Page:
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Twenty-five Rules of Investing:  1  |  2  |  3  |  4  |  5  |  6  |  7  |  8  |  9  |  10  |  11  |  12  |  13  |  14  |  15  |  16  |  17  |  18  |  19  |  20  |  21  |  22  |  23  |  24  |  25 

 

 

Don't Own Too Many Names

 

 

Rule 11

In my years as a hedge fund manager, I spent three hours every day analyzing the mistakes of the day before.

That was my major task, one that I completed before anyone else came into the office, generally between 4 a.m. and 7 a.m. I would analyze every losing trade — you don't need to analyze the winners, they take care of themselves — and try to figure out how I could have made more money or lost less money.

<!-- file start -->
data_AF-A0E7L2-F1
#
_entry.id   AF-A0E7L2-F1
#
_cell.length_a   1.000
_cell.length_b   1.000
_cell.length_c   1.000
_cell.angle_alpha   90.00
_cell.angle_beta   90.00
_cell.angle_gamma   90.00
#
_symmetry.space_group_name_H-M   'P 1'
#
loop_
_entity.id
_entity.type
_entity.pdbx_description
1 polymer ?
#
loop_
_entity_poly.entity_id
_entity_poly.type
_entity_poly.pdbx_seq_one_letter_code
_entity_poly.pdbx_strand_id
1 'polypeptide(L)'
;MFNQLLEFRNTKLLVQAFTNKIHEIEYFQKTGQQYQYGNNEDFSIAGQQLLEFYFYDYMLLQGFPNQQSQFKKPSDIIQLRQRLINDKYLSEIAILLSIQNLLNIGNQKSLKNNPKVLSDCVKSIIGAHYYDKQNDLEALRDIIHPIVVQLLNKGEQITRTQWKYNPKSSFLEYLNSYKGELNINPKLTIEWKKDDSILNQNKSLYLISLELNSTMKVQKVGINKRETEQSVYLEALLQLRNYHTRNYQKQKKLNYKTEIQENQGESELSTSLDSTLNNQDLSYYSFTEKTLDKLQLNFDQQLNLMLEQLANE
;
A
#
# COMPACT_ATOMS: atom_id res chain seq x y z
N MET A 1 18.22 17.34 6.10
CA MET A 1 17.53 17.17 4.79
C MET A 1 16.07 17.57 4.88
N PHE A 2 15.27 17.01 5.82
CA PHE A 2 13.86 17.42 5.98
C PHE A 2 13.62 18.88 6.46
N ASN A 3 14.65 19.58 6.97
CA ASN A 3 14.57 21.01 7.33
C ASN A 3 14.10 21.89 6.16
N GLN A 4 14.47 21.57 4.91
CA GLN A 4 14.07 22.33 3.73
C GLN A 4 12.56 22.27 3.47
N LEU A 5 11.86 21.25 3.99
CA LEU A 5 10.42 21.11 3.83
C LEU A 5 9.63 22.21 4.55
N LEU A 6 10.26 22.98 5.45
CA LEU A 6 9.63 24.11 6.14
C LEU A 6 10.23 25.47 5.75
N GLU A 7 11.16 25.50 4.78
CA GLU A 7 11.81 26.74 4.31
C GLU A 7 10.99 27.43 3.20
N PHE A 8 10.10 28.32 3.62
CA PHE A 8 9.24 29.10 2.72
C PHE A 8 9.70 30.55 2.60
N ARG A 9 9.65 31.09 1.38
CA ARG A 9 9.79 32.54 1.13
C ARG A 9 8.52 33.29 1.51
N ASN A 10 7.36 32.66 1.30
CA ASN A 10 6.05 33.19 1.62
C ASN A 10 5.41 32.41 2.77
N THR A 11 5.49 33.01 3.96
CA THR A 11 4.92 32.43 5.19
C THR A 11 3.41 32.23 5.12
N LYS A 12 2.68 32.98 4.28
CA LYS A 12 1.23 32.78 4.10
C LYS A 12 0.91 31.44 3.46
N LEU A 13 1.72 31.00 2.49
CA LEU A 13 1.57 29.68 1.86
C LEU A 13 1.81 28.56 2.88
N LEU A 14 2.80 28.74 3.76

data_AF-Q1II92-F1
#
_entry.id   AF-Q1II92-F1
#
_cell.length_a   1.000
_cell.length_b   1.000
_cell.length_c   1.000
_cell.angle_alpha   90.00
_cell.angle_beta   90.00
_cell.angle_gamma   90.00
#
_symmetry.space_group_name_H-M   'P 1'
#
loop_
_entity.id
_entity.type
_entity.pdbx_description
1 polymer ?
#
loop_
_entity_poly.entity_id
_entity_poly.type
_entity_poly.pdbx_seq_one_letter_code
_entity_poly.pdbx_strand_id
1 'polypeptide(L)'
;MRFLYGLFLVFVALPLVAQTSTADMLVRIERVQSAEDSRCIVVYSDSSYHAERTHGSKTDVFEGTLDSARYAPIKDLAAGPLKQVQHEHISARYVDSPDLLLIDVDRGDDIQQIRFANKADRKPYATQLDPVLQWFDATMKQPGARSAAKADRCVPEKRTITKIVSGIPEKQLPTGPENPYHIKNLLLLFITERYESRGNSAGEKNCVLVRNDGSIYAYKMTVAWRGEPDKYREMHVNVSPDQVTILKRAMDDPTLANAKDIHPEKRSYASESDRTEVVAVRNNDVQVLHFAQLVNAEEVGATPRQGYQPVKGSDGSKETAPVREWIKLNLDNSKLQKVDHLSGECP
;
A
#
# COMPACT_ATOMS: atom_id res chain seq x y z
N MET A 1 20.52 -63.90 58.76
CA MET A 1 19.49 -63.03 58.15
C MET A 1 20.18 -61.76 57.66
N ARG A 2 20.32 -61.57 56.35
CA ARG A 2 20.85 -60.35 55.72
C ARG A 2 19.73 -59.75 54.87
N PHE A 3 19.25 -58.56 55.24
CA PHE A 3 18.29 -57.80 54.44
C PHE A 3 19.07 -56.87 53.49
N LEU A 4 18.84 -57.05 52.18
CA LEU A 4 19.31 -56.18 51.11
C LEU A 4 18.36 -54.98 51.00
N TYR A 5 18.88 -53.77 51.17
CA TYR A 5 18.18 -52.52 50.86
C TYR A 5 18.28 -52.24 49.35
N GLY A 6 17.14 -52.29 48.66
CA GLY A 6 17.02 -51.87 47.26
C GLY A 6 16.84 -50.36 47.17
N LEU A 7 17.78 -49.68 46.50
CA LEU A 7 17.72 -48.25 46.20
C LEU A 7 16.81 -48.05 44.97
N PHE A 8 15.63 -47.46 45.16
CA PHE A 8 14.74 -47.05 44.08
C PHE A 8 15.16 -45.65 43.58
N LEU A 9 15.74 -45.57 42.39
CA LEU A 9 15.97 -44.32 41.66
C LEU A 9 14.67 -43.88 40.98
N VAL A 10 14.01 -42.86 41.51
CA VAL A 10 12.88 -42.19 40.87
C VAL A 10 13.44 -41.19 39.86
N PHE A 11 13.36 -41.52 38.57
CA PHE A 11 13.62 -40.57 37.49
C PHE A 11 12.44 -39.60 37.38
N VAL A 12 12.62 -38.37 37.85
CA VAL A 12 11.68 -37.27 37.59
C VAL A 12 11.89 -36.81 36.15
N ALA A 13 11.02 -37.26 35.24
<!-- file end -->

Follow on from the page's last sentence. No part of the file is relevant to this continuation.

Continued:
I was maniacal about it.

And after a couple of years of this, I realized that good performance could be directly linked to having fewer positions.

I never will buy a stock without first taking one off. That's a great discipline and one you should adopt, pronto. All the bad money managers I know have hundreds of positions. All the good ones have a few that they know inside out and like on the way down. That's why I say:

 

Don't own too many stocks.

 

I know it can be constraining. For instance, I might like several stocks in the chemicals group, say, DuPont (DD - news), Dow Chemical (DOW - news) and Eastman Chemical (EMN - news). But my discipline leaves room for only one, so I would own the one that I thought was the cheapest and the best.

When I lost the most money as a hedge fund manager, by the way, my "sheets," my position sheets, were as thick as a brick. When I made the most money, my sheets were, well, one sheet of paper, double-spaced. And I ran hundreds of millions of dollars.

Please remember that whether you are a pro or an amateur, you can always have too many positions.

 

 

 

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